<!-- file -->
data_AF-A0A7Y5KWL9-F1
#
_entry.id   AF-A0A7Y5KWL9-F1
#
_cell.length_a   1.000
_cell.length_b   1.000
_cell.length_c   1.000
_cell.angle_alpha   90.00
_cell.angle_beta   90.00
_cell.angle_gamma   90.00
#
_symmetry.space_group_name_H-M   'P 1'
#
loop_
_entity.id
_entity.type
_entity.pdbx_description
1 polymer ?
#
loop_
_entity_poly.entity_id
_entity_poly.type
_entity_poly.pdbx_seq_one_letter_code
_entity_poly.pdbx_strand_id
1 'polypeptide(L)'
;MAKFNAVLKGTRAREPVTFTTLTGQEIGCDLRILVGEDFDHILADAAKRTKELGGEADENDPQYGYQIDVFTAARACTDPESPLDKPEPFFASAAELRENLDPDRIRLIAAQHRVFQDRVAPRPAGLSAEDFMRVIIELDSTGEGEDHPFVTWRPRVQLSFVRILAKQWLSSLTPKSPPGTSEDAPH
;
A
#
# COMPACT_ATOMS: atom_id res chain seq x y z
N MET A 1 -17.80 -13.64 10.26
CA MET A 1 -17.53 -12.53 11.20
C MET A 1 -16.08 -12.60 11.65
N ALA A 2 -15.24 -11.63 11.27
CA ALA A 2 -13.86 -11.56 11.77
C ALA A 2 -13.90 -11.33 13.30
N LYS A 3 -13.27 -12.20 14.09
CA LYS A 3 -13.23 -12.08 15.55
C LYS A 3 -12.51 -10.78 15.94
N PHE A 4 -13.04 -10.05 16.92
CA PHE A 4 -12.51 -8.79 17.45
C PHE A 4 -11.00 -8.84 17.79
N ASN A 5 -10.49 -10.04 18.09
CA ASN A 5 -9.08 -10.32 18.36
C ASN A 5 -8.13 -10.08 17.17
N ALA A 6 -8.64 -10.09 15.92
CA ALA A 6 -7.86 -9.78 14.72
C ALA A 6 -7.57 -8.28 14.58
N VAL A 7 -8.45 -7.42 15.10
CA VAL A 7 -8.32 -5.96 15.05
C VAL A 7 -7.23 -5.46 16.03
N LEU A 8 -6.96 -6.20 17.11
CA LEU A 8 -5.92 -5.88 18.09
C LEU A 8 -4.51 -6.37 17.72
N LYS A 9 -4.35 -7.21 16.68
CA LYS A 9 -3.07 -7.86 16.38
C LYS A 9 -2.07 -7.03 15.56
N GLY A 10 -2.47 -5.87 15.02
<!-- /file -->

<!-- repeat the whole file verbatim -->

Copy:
data_AF-A0A7Y5KWL9-F1
#
_entry.id   AF-A0A7Y5KWL9-F1
#
_cell.length_a   1.000
_cell.length_b   1.000
_cell.length_c   1.000
_cell.angle_alpha   90.00
_cell.angle_beta   90.00
_cell.angle_gamma   90.00
#
_symmetry.space_group_name_H-M   'P 1'
#
loop_
_entity.id
_entity.type
_entity.pdbx_description
1 polymer ?
#
loop_
_entity_poly.entity_id
_entity_poly.type
_entity_poly.pdbx_seq_one_letter_code
_entity_poly.pdbx_strand_id
1 'polypeptide(L)'
;MAKFNAVLKGTRAREPVTFTTLTGQEIGCDLRILVGEDFDHILADAAKRTKELGGEADENDPQYGYQIDVFTAARACTDPESPLDKPEPFFASAAELRENLDPDRIRLIAAQHRVFQDRVAPRPAGLSAEDFMRVIIELDSTGEGEDHPFVTWRPRVQLSFVRILAKQWLSSLTPKSPPGTSEDAPH
;
A
#
# COMPACT_ATOMS: atom_id res chain seq x y z
N MET A 1 -17.80 -13.64 10.26
CA MET A 1 -17.53 -12.53 11.20
C MET A 1 -16.08 -12.60 11.65
N ALA A 2 -15.24 -11.63 11.27
CA ALA A 2 -13.86 -11.56 11.77
C ALA A 2 -13.90 -11.33 13.30
N LYS A 3 -13.27 -12.20 14.09
CA LYS A 3 -13.23 -12.08 15.55
C LYS A 3 -12.51 -10.78 15.94
N PHE A 4 -13.04 -10.05 16.92
CA PHE A 4 -12.51 -8.79 17.45
C PHE A 4 -11.00 -8.84 17.79
N ASN A 5 -10.49 -10.04 18.09
CA ASN A 5 -9.08 -10.32 18.36
C ASN A 5 -8.13 -10.08 17.17
N ALA A 6 -8.64 -10.09 15.92
CA ALA A 6 -7.86 -9.78 14.72
C ALA A 6 -7.57 -8.28 14.58
N VAL A 7 -8.45 -7.42 15.10
CA VAL A 7 -8.32 -5.96 15.05
C VAL A 7 -7.23 -5.46 16.03
N LEU A 8 -6.96 -6.20 17.11
CA LEU A 8 -5.92 -5.88 18.09
C LEU A 8 -4.51 -6.37 17.72
N LYS A 9 -4.35 -7.21 16.68
CA LYS A 9 -3.07 -7.86 16.38
C LYS A 9 -2.07 -7.03 15.56
N GLY A 10 -2.47 -5.87 15.02